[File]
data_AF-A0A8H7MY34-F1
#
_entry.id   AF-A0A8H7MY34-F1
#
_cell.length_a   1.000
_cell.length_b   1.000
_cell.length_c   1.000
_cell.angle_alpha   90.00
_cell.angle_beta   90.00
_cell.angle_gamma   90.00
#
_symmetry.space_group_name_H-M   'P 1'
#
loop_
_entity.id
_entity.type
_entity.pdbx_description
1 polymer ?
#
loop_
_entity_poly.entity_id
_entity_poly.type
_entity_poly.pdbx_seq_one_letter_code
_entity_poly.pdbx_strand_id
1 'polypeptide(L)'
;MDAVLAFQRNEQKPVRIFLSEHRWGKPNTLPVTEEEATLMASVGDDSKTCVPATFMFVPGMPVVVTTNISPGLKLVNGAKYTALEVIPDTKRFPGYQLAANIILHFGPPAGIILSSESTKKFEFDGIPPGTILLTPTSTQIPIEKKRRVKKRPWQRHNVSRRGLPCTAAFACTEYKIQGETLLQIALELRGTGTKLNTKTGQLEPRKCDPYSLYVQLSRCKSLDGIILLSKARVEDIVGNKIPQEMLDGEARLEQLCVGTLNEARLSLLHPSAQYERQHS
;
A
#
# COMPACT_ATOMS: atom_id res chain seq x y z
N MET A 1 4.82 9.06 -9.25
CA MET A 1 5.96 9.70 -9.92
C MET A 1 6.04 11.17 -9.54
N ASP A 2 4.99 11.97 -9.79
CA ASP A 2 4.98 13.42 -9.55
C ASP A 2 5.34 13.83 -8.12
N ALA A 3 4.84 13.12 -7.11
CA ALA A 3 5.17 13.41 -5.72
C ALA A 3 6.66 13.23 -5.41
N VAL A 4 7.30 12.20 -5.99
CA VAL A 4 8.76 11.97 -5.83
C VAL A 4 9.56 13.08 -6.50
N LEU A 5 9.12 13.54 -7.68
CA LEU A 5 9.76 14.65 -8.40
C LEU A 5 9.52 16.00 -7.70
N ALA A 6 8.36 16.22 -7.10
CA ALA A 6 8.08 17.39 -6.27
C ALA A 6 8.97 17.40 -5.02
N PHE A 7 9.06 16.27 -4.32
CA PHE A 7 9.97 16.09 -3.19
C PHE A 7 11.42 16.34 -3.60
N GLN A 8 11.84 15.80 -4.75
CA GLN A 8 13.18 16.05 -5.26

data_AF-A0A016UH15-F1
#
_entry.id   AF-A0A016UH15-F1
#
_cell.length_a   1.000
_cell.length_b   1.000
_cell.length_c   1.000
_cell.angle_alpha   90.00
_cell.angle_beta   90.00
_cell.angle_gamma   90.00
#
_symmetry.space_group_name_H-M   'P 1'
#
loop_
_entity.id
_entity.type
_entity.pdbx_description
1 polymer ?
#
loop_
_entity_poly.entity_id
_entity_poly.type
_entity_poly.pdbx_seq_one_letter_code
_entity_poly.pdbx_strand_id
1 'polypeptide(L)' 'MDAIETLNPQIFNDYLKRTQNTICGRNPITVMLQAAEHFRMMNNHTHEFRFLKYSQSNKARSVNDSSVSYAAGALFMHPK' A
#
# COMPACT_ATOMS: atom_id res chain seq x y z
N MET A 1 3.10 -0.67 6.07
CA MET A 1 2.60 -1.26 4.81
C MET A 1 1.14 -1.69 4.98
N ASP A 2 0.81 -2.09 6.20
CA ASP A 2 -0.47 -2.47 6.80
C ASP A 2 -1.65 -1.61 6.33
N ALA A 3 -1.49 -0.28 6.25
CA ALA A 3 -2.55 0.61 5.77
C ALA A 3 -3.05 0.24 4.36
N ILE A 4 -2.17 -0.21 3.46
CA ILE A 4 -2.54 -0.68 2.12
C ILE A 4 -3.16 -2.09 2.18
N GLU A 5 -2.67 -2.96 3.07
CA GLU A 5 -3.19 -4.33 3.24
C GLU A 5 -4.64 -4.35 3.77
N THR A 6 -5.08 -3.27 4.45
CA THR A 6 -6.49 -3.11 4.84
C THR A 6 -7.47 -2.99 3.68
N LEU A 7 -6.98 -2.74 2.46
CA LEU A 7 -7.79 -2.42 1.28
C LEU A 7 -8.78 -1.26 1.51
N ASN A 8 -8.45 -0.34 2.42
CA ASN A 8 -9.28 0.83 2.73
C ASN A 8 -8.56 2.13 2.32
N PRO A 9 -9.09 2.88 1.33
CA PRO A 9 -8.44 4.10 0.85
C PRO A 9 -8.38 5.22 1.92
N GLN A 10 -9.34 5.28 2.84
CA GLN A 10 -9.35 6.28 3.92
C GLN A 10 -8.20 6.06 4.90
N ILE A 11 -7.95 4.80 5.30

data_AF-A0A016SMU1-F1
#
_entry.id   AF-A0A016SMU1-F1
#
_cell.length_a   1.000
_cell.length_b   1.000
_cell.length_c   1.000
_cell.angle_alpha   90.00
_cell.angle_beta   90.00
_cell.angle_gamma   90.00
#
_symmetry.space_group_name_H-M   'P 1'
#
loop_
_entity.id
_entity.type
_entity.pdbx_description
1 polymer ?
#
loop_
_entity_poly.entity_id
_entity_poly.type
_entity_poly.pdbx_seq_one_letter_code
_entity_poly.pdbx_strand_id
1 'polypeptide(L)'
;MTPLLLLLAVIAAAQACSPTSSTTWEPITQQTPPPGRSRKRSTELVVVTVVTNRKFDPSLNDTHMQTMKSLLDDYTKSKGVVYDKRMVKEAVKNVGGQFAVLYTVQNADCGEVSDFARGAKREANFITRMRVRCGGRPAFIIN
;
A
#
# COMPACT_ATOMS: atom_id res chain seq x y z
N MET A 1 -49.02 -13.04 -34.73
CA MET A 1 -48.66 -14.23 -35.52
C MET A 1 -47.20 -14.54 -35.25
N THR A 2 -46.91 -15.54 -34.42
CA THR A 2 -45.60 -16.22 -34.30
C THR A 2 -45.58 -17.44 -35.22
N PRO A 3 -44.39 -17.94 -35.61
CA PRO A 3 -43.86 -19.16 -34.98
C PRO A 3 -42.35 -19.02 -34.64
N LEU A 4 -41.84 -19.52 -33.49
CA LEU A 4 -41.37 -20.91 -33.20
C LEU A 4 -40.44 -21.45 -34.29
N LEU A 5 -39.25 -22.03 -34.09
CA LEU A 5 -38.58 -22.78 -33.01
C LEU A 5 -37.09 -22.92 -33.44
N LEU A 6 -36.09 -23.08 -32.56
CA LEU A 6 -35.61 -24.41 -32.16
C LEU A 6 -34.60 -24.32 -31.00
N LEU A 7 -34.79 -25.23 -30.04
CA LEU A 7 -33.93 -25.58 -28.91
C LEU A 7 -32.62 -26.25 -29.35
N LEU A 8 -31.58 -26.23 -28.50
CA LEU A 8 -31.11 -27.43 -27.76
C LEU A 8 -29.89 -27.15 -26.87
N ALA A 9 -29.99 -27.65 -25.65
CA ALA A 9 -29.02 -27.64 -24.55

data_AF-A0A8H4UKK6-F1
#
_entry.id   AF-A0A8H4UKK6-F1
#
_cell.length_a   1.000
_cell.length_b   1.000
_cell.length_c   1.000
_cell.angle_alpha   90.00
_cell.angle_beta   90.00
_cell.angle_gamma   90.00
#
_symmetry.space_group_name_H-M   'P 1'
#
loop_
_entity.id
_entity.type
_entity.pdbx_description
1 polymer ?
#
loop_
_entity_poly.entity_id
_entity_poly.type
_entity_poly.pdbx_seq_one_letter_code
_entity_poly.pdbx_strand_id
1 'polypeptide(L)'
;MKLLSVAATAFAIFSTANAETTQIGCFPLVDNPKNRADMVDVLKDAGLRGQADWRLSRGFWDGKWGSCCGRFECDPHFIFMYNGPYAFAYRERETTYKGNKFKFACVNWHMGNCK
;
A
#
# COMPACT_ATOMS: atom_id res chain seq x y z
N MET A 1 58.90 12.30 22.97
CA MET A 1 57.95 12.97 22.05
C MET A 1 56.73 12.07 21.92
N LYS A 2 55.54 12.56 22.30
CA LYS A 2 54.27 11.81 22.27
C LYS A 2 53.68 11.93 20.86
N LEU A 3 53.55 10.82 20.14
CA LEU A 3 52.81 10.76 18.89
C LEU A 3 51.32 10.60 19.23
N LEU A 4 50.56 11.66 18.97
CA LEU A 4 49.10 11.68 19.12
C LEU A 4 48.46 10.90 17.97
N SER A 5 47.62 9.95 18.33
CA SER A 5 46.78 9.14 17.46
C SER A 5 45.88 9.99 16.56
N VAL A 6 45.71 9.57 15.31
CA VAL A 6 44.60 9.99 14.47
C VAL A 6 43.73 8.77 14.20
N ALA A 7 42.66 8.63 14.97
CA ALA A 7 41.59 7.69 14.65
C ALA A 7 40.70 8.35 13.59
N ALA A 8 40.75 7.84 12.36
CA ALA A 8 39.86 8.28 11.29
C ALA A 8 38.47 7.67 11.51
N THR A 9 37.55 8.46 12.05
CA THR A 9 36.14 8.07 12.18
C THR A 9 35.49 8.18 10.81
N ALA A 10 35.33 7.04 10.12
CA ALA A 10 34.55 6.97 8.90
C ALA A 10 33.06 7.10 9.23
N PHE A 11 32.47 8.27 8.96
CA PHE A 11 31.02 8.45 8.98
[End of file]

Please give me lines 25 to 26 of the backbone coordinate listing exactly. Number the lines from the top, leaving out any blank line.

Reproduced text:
1 'polypeptide(L)'
;MDAVLAFQRNEQKPVRIFLSEHRWGKPNTLPVTEEEATLMASVGDDSKTCVPATFMFVPGMPVVVTTNISPGLKLVNGAKYTALEVIPDTKRFPGYQLAANIILHFGPPAGIILSSESTKKFEFDGIPPGTILLTPTSTQIPIEKKRRVKKRPWQRHNVSRRGLPCTAAFACTEYKIQGETLLQIALELRGTGTKLNTKTGQLEPRKCDPYSLYVQLSRCKSLDGIILLSKARVEDIVGNKIPQEMLDGEARLEQLCVGTLNEARLSLLHPSAQYERQHS